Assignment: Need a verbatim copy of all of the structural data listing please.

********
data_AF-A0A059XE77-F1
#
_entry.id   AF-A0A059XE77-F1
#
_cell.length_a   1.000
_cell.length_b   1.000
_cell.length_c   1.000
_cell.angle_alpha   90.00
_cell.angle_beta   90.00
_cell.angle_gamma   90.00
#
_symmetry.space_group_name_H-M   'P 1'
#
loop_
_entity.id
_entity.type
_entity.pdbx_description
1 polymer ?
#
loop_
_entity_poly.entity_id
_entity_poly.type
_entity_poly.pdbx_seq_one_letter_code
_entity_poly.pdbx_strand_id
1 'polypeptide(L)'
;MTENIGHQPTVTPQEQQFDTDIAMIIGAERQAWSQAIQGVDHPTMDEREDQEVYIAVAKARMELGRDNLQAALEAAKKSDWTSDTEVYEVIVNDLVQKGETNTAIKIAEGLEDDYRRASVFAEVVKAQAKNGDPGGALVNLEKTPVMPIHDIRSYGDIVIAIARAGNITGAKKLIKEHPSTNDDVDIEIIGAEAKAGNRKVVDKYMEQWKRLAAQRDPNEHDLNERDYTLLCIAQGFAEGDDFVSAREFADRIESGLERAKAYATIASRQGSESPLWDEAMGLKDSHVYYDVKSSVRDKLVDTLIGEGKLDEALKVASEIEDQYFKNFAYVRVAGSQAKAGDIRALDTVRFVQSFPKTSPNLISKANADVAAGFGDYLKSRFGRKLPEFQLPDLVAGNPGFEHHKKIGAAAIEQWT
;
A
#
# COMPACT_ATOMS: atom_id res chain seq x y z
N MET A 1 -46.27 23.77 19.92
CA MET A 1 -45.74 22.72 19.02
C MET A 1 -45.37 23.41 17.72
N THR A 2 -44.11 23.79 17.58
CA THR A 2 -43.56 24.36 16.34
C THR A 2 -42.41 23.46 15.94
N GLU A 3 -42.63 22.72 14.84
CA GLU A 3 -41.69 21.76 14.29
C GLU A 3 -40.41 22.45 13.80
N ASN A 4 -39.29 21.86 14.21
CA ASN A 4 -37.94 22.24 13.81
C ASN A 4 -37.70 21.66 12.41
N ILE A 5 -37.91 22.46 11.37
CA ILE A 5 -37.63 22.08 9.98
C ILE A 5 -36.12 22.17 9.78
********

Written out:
data_AF-A0A059XE77-F1
#
_entry.id   AF-A0A059XE77-F1
#
_cell.length_a   1.000
_cell.length_b   1.000
_cell.length_c   1.000
_cell.angle_alpha   90.00
_cell.angle_beta   90.00
_cell.angle_gamma   90.00
#
_symmetry.space_group_name_H-M   'P 1'
#
loop_
_entity.id
_entity.type
_entity.pdbx_description
1 polymer ?
#
loop_
_entity_poly.entity_id
_entity_poly.type
_entity_poly.pdbx_seq_one_letter_code
_entity_poly.pdbx_strand_id
1 'polypeptide(L)'
;MTENIGHQPTVTPQEQQFDTDIAMIIGAERQAWSQAIQGVDHPTMDEREDQEVYIAVAKARMELGRDNLQAALEAAKKSDWTSDTEVYEVIVNDLVQKGETNTAIKIAEGLEDDYRRASVFAEVVKAQAKNGDPGGALVNLEKTPVMPIHDIRSYGDIVIAIARAGNITGAKKLIKEHPSTNDDVDIEIIGAEAKAGNRKVVDKYMEQWKRLAAQRDPNEHDLNERDYTLLCIAQGFAEGDDFVSAREFADRIESGLERAKAYATIASRQGSESPLWDEAMGLKDSHVYYDVKSSVRDKLVDTLIGEGKLDEALKVASEIEDQYFKNFAYVRVAGSQAKAGDIRALDTVRFVQSFPKTSPNLISKANADVAAGFGDYLKSRFGRKLPEFQLPDLVAGNPGFEHHKKIGAAAIEQWT
;
A
#
# COMPACT_ATOMS: atom_id res chain seq x y z
N MET A 1 -46.27 23.77 19.92
CA MET A 1 -45.74 22.72 19.02
C MET A 1 -45.37 23.41 17.72
N THR A 2 -44.11 23.79 17.58
CA THR A 2 -43.56 24.36 16.34
C THR A 2 -42.41 23.46 15.94
N GLU A 3 -42.63 22.72 14.84
CA GLU A 3 -41.69 21.76 14.29
C GLU A 3 -40.41 22.45 13.80
N ASN A 4 -39.29 21.86 14.21
CA ASN A 4 -37.94 22.24 13.81
C ASN A 4 -37.70 21.66 12.41
N ILE A 5 -37.91 22.46 11.37
CA ILE A 5 -37.63 22.08 9.98
C ILE A 5 -36.12 22.17 9.78